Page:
Gov. Tim Walz’s Stay at Home Order (Executive Order 20-33) allows people to be outdoors, engaging in activities such as walking, running, and fishing and hunting. Minnesotans can continue to enjoy parks and other public recreation lands. The DNR urges outdoor enthusiasts to stay close to home, not congregate when outdoors, and follow social distancing guidelines from the Minnesota Department of Health.
“If you’re planning to hunt at a WMA or other public land, make sure to practice social distancing. If you see a crowded parking lot or expect an area will be crowded, find another close-to-home location to hunt,” McInenly said.
One way to search for public hunting land is using the DNR Recreation Compass.

Safety
Both hunters and non-hunters should be careful on WMAs as there is no blaze orange requirement for spring turkey hunting.
Hunters must be sure of their target and what is beyond. Those who might be in WMAs should not wear any visible article of clothing into the turkey woods that contains the colors white, red or blue. Hunters don’t wear these colors because turkeys will spot them. Non-hunters should not wear them because they are associated with the head of a male turkey – and that can lead to hunting accidents.
Hunters should follow the basic rules of firearms safety. Again, be sure of your target and what’s beyond. Treat each firearm as if it is loaded. Control the muzzle of your firearm. And keep your finger off the trigger and outside the trigger guard until ready to shoot.

License and season details
Hunters can purchase a license on the DNR website or by telephone by calling 888-665-4236. People can also purchase licenses in person at license agents that remain open, such as convenience stores. The DNR encourages people to purchase licenses online or by phone if possible. Because turkey hunters need the physical tag, they should plan for 7-10 days to allow their license to arrive in the mail, unless they purchase it in person.
The DNR annually monitors hunter participation and turkey harvest. In 2019, the agency considered recent season participation, hunter interest in lotteries, harvest levels and public comment on potential season changes. Public input indicated high levels of hunter support for greater flexibility in hunting location as well as increased opportunities to purchase licenses over the counter rather than through the lottery.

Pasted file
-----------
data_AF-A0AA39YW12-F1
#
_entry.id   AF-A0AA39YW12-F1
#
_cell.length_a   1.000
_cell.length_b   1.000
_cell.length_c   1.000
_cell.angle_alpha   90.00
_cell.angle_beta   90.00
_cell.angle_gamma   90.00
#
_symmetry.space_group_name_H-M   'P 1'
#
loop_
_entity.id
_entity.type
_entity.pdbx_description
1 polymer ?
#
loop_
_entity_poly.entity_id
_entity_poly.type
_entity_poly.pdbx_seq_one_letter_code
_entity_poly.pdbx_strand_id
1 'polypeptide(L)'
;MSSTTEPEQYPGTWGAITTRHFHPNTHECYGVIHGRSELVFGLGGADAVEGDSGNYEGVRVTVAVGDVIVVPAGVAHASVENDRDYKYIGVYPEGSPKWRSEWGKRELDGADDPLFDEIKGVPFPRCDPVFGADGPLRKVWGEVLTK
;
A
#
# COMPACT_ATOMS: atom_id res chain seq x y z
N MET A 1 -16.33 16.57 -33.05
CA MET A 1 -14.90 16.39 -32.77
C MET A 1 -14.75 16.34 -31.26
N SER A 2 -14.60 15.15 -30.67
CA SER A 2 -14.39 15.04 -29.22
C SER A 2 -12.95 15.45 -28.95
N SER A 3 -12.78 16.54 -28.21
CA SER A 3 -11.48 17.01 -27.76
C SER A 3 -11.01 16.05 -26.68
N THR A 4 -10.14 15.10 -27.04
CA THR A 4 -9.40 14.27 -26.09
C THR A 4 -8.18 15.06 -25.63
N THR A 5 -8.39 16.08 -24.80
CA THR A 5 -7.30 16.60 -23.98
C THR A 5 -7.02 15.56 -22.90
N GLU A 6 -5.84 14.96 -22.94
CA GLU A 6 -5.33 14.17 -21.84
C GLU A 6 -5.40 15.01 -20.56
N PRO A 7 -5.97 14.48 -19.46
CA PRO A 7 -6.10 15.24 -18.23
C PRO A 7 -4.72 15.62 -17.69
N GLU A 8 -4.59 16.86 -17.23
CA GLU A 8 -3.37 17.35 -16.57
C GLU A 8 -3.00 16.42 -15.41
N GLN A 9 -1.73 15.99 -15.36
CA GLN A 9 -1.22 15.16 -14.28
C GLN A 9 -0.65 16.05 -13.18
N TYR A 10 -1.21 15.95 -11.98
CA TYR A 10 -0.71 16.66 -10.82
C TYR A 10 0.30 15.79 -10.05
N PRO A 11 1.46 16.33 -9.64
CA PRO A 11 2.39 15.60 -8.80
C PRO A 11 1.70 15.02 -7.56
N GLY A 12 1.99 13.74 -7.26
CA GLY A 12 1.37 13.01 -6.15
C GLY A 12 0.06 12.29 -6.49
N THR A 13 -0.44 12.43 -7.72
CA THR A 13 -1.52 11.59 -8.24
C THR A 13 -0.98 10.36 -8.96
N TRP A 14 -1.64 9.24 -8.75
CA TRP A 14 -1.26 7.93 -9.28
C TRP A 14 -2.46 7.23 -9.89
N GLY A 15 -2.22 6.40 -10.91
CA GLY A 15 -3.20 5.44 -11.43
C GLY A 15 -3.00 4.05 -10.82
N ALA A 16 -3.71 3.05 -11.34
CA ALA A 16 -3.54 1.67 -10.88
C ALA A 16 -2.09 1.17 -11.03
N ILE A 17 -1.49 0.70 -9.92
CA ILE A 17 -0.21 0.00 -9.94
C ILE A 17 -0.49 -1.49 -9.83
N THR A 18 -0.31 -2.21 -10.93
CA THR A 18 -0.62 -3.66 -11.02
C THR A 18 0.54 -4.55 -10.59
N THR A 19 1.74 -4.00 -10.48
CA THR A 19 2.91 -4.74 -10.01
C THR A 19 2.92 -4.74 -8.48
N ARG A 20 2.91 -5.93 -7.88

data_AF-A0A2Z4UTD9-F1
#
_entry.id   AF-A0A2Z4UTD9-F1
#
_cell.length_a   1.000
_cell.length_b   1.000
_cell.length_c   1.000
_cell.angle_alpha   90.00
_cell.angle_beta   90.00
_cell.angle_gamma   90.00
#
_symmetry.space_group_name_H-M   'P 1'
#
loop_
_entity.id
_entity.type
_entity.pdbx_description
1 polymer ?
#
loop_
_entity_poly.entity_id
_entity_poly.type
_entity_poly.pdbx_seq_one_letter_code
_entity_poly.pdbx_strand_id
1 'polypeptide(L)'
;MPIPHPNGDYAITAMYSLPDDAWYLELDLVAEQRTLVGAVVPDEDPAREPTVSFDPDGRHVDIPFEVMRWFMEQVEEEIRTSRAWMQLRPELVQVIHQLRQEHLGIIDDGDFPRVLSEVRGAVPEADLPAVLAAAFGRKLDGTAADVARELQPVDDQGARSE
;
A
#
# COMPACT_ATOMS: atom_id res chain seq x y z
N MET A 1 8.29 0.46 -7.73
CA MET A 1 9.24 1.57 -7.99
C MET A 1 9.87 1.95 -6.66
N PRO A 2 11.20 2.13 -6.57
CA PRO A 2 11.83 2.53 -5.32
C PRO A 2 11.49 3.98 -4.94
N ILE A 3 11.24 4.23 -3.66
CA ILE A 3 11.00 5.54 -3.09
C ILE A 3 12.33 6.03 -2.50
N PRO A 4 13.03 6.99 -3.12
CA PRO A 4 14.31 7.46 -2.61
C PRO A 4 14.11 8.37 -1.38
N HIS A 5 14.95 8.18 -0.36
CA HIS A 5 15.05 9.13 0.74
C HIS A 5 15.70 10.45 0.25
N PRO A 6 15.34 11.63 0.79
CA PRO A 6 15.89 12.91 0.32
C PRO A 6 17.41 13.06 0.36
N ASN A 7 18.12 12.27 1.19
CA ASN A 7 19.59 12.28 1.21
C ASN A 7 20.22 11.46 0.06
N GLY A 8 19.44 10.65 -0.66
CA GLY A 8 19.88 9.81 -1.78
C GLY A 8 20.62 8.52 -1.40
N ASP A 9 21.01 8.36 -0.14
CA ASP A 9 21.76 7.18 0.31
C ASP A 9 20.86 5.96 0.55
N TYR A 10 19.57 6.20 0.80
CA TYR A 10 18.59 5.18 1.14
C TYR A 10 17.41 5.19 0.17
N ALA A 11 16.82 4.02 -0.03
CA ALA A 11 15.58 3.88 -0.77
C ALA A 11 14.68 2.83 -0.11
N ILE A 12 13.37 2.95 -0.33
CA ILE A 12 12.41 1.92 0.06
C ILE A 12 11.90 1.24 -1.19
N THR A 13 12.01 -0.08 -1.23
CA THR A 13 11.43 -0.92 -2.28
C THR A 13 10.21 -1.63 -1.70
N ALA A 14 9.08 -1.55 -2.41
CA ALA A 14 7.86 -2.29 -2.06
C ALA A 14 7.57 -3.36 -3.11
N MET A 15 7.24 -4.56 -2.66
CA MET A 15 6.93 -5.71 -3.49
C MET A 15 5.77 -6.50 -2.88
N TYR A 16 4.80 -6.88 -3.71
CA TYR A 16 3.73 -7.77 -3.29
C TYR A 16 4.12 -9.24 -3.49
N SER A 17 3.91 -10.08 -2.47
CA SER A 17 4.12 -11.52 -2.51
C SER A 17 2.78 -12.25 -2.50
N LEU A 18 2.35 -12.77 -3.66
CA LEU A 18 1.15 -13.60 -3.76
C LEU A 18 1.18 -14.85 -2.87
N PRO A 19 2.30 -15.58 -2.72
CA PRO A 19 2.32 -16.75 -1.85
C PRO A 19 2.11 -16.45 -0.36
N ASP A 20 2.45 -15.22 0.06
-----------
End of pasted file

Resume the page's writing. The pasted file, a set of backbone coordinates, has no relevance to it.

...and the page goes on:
Turkey season runs from April 15 to May 31 and is divided into six hunt periods, A through F (Hunt A: April 15-21; Hunt B: April 22-28; Hunt C: April 29-May 5; Hunt D: May 6-12; Hunt E: May 13-19; Hunt F: May 20-31). Firearms turkey hunters can participate in Hunt F if they have an unused tag from one of the earlier hunt periods or if they choose to purchase a license for that time period.
Archery-only license holders may still hunt any close-to-home permit area for the entire season (April 15-May 31). Hunters cannot purchase both a firearms and archery-only license. Licensed hunters ages 17 and younger may hunt any close-to-home permit area statewide for the entire season (April 15-May 31) with firearms or archery equipment.
Because there was no lottery for spring wild turkey licenses outside the three major-unit WMAs this year, the landowner and tenant drawing, which set aside a percentage of lottery licenses for landowners with qualifying land, was discontinued, and landowners and tenants can purchase licenses like other turkey hunters.
Full wild turkey hunting regulations, including details on turkey registration, shooting hours and legal firearms as well as helpful turkey hunting tips and safety can be found on the DNR website.

SOURCE: Minnesota DNR


Bear hunt application deadline May 1

Prospective Minnesota bear hunters have until Friday, May 1, to apply for a bear hunting license.
Applications for the 2020 season should be submitted online or via telephone at 888-665-4236.
A total of 3,575 licenses are available in 13 permit areas. Bear licenses cost $44 for residents and $230 for nonresidents, and there is a $5 application fee. The season is open from Sunday, Sept. 1, through Sunday, Oct. 18.
Lottery winners will be notified by June 1. The deadline to purchase licenses awarded by lottery will be Thursday, Aug. 1. Any remaining unpurchased licenses will be available over the counter starting at noon on Aug. 5.
New for the 2020 season, the DNR has made a change to bear permit area 45. The southern portion of permit area 45 has been subdivided to create a new bear permit area (451) to allow additional bear hunting opportunities. Area 451 licenses are not awarded by lottery drawing and will be available to any eligible hunters starting Wednesday, Aug. 5. Bear hunters in permit area 451 do not need to apply in the lottery.